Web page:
Britain and the Islands
Similarly to its neighbours, St Vincent and the Grenadines has a long history with the UK dating back to the mid-1700’s. Following resistance by the indigenous Carib peoples of the islands, the British, French and Dutch failed on a number of occasions to settle in St Vincent. The main island eventually came under British rule, although it was temporarily taken back by the French in 1779 before being restored to Britain through the Treaty of Versailles in 1783, with some parts of the Grenadine’s remaining under French rule. The Caribs continued their opposition to British rule through a number of subsequent wars, in 1772 to 1773 and again in 1795 to 1796 but were overcome by the British who then took full control of the island.
Whilst under colonial rule, St Vincent became a plantation economy, with many of those enslaved on the islands made to produce sugar, cotton, coffee and cocoa. Following the rise of independence movements, Britain as the colonial power granted St Vincent the status of associated statehood, allowing for internal self-government but external affairs were still controlled by Britain.
After gaining its independence in 1979, St Vincent and the Grenadines became a member of the Commonwealth and remains part of the 54 nation family today. As a parliamentary democracy and a constitutional monarchy, Queen Elizabeth II is head of state and Queen of St Vincent and the Grenadines, represented by the Governor-General.
St Vincent’s Westminster style parliamentary democracy is represented by the House of Assembly of St Vincent and the Grenadines. The unicameral legislature has 21 members, fifteen of which are elected and six senators that are appointed by the Governor-General. The House of Assembly represents one of the smaller legislatures of the Commonwealth. As there is no local government, all parts of the islands are administered by central government, with elections held every five years.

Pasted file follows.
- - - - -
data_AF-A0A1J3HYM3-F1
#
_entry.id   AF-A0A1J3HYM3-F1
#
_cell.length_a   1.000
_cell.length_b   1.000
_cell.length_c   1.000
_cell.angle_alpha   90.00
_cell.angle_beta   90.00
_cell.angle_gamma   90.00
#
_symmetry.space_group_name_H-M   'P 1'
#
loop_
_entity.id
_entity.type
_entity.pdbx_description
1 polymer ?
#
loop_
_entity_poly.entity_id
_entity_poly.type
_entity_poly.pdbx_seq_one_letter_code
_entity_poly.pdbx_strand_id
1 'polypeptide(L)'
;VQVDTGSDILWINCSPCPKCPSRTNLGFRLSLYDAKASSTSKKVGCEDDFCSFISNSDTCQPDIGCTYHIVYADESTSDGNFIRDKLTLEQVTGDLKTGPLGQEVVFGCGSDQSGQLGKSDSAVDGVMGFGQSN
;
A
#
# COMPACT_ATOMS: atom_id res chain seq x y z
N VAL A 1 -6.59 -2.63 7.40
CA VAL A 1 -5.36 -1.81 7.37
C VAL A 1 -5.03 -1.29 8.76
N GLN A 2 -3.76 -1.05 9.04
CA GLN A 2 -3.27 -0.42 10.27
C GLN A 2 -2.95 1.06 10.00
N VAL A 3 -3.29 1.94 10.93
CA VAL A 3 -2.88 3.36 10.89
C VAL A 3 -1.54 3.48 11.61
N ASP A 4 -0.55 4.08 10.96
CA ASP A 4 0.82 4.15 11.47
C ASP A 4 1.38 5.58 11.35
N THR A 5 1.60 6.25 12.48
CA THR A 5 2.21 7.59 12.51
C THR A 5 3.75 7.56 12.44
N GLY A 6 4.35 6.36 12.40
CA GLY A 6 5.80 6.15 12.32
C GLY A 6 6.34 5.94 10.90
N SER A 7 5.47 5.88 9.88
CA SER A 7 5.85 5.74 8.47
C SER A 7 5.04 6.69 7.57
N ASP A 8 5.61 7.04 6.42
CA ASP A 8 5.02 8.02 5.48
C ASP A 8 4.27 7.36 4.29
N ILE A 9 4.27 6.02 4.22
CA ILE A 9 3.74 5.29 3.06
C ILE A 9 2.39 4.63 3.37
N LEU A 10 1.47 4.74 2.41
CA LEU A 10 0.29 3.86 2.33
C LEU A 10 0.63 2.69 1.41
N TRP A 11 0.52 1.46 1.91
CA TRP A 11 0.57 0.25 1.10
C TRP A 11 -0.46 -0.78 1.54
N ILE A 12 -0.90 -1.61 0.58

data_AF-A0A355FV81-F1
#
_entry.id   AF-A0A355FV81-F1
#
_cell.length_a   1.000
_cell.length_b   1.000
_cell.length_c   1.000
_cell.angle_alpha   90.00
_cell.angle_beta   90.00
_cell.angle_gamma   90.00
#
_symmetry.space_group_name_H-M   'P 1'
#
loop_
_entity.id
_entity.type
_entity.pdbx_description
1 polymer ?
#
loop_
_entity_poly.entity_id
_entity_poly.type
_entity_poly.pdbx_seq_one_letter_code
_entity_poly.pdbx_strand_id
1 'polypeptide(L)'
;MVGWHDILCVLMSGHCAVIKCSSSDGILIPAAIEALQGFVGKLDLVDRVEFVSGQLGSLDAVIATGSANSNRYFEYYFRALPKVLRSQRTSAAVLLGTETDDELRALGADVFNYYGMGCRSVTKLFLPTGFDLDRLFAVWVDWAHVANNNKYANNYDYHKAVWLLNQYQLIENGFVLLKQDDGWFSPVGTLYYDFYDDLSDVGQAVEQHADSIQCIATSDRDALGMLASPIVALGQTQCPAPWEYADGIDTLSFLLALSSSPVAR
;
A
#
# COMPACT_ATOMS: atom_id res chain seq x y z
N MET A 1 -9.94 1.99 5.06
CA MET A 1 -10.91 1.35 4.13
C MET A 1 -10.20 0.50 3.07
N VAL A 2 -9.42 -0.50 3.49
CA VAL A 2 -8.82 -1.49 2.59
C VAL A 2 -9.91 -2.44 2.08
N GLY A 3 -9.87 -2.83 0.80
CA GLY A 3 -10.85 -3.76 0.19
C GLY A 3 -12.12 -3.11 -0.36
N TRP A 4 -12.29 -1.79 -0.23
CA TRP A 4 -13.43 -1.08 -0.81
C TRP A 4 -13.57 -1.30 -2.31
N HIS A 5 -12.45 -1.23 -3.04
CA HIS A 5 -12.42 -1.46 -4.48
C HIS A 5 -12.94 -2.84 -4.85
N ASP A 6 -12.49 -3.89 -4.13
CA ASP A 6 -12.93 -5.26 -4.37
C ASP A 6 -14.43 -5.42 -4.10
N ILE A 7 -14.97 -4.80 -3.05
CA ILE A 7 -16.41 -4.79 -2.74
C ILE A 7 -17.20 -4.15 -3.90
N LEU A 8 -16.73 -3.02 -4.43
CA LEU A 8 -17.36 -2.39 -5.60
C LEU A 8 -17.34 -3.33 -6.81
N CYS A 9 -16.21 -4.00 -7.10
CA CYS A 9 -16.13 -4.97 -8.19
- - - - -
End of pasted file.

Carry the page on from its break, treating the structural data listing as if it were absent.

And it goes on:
Today, the UK and St Vincent enjoy a relationship based on common interests including trade - £19 million worth of trade in goods and services in 2020 - and adaptation to the challenges faced by climate change.
A volcanic island, St Vincent is home to the active La Soufrière volcano. “The deadliest eruption occurred in 1902 when an estimated 1,600 people were killed and much of the island’s agriculture and sugar industry was wiped out. There was a significant eruption in 1979 with a large ash plume reaching as far as Barbados, however an advanced warning issued ahead of the eruption meant there were no casualties.
On 8 April 2021 a red alert was declared and 20,000 Vincentians were issued an evacuation order. The very next day an explosive eruption occurred, followed by subsequent eruptions. Around 20% of the island’s population were displaced, either moving into government shelters or the homes of family and friends in safer parts of the islands.
Beyond St Vincent, the impact of the eruption has also been felt elsewhere in the region, with ash plumes having reached as far as Barbados, Grenada and St Lucia. Experts continue to warn of the risk of further eruptions and although seismic activity is currently low, around 30 explosive events were registered since eruption on 9th April up until 22nd April.